In the glorious world of journalism, tanks always “roll” across borders. I’ve never in my life actually seen a tank roll, but you get the point. They don’t let anything stand in their way – or nothing is supposed to stand in their way.
Hence the Hong Kong Chinese should back off if the People’s Army come “rolling” across the border; the Syrian Kurds should stand aside if the Turkish army crosses their mutual border; the Muslims of Jammu and Kashmir must pay respect to the Indian army’s reinforcements; the Ukrainians or Russians hostile to Putin should not tangle with the Russian army on the Black Sea coast. Nor should the Palestinians protest when Israel’s army arrives to demolish their homes or steal more of their land.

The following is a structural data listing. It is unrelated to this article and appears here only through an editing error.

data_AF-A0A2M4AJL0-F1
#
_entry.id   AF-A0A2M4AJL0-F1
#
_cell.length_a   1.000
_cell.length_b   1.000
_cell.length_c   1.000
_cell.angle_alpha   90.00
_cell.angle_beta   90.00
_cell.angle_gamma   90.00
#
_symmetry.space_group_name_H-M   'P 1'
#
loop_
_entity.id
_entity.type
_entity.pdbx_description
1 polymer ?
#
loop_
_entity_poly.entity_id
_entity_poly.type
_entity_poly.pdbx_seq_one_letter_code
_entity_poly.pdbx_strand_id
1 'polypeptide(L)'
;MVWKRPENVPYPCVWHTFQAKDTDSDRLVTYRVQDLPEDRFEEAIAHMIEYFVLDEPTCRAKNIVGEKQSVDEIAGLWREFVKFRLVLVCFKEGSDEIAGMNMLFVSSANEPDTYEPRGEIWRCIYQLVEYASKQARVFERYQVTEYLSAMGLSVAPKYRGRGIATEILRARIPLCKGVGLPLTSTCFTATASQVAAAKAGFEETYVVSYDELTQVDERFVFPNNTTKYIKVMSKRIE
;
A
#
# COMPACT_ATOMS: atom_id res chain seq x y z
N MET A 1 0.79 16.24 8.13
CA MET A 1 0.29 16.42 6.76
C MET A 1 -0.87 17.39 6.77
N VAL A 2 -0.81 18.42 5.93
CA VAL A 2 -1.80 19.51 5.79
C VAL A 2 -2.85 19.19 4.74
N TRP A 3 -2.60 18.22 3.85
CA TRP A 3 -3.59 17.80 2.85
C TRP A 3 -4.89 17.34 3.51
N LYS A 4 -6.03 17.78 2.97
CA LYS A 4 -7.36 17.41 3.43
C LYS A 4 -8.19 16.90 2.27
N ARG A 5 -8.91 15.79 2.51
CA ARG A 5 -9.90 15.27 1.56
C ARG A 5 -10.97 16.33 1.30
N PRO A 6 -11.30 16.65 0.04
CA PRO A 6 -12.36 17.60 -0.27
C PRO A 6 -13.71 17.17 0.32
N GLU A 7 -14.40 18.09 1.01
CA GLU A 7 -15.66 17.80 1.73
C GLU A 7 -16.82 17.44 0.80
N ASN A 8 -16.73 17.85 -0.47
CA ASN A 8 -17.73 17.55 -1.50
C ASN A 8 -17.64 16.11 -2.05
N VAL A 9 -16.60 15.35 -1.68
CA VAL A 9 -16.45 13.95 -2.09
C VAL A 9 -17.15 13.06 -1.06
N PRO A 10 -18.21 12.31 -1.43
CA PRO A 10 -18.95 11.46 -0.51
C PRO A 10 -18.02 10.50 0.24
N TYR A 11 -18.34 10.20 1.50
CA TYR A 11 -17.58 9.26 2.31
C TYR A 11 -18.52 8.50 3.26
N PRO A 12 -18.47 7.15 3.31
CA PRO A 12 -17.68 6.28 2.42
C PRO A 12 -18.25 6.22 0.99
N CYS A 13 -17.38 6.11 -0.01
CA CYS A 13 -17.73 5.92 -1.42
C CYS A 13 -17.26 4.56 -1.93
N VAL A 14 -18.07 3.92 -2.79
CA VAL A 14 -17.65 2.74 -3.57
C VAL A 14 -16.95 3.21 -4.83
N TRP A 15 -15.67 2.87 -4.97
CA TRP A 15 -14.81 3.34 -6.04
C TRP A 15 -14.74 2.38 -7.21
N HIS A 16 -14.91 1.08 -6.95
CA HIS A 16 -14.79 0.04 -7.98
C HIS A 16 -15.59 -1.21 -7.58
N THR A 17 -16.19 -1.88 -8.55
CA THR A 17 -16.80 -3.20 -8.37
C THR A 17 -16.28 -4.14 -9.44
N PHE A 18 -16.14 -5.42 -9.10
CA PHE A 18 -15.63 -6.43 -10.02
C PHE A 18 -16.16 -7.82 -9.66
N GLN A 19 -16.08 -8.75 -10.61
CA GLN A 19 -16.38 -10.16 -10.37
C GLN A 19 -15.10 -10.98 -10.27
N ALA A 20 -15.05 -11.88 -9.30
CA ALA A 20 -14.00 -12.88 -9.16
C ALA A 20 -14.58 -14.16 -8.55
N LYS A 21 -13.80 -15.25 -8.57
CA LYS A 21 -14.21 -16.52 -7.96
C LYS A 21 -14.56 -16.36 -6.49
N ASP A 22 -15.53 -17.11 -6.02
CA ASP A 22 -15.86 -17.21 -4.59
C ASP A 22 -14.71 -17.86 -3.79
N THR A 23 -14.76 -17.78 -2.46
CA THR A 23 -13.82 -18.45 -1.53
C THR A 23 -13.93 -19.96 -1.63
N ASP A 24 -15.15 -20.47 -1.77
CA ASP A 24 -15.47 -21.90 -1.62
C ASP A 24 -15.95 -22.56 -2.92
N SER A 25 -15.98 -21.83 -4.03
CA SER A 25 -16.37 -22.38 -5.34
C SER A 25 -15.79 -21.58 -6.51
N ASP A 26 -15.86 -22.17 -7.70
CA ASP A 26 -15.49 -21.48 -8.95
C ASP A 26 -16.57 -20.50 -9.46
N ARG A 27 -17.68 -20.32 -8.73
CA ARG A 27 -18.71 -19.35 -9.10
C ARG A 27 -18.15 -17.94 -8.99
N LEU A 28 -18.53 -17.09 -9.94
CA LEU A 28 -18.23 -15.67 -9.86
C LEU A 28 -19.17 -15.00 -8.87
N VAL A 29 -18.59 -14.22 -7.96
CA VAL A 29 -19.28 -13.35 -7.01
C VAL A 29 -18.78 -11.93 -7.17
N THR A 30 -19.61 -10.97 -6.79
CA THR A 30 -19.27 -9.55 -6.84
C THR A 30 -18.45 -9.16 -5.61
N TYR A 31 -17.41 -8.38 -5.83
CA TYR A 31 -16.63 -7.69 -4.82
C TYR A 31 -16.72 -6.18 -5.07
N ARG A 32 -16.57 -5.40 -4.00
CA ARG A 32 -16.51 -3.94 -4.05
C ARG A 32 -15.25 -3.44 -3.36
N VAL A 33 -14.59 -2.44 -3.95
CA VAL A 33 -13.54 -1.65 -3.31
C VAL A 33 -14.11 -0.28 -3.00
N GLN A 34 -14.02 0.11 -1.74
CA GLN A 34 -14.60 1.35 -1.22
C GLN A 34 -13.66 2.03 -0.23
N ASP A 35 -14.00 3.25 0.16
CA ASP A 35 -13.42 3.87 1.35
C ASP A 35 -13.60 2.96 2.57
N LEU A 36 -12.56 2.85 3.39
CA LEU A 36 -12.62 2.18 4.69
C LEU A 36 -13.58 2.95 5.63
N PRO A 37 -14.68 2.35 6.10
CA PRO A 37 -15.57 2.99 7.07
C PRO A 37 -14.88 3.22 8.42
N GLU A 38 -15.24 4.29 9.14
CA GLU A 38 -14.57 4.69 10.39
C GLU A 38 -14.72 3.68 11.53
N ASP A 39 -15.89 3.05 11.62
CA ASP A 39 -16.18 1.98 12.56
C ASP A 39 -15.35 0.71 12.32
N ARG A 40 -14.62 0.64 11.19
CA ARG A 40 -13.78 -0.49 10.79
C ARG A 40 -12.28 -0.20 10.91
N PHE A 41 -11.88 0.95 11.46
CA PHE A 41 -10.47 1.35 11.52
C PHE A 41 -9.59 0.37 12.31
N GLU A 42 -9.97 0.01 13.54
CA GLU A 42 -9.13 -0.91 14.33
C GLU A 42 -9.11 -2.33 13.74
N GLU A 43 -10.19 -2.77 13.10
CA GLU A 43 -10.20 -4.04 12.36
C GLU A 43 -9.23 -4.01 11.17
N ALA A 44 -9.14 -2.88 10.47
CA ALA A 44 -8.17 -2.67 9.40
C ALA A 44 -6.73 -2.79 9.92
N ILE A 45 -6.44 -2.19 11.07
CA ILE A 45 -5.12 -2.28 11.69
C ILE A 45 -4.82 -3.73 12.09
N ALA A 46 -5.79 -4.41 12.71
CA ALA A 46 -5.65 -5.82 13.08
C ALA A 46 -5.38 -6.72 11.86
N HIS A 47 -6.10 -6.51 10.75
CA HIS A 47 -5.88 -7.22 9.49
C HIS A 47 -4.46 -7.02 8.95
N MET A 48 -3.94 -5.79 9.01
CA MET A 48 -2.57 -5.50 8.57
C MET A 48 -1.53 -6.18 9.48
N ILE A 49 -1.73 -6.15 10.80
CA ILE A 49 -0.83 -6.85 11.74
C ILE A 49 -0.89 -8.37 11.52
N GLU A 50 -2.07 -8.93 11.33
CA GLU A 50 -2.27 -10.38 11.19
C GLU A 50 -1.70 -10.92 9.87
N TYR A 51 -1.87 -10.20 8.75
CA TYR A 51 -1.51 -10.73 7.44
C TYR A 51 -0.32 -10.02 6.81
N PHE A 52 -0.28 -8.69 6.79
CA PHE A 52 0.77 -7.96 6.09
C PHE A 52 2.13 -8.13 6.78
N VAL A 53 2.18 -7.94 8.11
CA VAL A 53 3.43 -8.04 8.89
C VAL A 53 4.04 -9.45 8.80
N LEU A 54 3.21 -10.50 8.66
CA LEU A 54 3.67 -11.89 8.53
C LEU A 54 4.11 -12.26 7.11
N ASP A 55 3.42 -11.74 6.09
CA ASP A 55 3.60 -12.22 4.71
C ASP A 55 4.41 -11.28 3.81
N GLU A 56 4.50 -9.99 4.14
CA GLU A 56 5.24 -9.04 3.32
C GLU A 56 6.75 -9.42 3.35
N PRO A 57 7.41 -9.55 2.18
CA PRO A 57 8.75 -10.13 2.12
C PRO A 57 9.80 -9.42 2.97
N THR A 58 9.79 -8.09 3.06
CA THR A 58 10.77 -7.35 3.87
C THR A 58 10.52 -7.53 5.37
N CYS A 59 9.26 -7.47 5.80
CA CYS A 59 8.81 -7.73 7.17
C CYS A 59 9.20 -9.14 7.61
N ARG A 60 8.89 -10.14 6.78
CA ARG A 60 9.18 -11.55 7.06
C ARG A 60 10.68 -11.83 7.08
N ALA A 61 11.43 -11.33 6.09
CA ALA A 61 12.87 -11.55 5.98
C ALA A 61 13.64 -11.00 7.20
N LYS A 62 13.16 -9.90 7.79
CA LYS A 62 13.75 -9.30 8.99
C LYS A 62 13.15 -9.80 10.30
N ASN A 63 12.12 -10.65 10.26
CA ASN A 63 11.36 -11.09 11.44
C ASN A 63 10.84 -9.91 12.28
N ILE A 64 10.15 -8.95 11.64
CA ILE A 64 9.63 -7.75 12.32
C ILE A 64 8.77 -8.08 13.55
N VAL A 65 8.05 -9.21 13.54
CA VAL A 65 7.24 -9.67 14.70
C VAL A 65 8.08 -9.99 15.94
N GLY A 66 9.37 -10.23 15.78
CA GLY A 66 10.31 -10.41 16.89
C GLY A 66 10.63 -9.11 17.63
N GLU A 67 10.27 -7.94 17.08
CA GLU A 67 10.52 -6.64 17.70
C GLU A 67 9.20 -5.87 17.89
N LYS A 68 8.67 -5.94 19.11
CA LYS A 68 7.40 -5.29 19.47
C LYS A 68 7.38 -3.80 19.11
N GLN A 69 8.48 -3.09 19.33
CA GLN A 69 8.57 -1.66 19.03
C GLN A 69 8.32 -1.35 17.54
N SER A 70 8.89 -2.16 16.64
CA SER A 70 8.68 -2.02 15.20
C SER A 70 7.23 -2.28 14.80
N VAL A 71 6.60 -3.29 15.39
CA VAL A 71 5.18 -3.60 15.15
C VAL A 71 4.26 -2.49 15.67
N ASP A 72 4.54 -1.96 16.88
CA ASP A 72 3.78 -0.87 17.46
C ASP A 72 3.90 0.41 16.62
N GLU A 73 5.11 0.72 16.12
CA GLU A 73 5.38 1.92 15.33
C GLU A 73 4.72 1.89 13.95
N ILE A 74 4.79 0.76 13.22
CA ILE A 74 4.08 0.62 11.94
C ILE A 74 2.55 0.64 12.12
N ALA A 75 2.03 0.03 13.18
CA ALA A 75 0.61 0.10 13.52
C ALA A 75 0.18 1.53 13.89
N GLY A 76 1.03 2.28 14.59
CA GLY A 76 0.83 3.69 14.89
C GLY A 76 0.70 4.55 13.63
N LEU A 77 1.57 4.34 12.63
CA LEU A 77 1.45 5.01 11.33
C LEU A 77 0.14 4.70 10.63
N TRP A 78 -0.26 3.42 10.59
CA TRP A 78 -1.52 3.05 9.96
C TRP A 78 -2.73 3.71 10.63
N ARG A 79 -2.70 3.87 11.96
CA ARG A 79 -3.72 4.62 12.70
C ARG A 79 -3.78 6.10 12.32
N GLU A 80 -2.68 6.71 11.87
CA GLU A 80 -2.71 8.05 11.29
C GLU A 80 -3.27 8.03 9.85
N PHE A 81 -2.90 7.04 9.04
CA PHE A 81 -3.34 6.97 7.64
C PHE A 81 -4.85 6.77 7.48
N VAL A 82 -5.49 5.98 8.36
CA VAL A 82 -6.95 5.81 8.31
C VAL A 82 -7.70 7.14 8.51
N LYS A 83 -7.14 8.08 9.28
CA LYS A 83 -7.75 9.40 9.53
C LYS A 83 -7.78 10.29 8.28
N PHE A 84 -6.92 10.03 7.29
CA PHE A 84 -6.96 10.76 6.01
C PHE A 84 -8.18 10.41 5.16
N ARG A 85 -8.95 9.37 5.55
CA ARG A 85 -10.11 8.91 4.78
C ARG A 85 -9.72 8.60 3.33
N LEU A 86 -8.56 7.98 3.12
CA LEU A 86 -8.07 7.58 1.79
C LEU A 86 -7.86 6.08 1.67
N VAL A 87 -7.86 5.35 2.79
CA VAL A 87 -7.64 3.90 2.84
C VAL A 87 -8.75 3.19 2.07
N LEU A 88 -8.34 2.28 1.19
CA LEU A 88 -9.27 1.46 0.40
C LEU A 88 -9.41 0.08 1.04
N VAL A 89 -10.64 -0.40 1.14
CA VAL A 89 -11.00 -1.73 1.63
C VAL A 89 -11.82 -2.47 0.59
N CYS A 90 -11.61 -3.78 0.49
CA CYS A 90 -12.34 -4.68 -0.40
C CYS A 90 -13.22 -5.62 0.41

Territorial acquisition is quite the thing these days. Whether it comes through fear of political infection – the Chinese government doesn’t want the contagion of civil chaos in Hong Kong to spread – or ethnic hatred or sectarian hatred, or nationalism, or just plain greed, we are growing dangerously accustomed to the sight of armies and paramilitary forces taking over other people’s property. Not since Saddam tried to gobble up Kuwait have we seen anything on this scale, when Iraq’s army was easily (and bloodily) sent packing.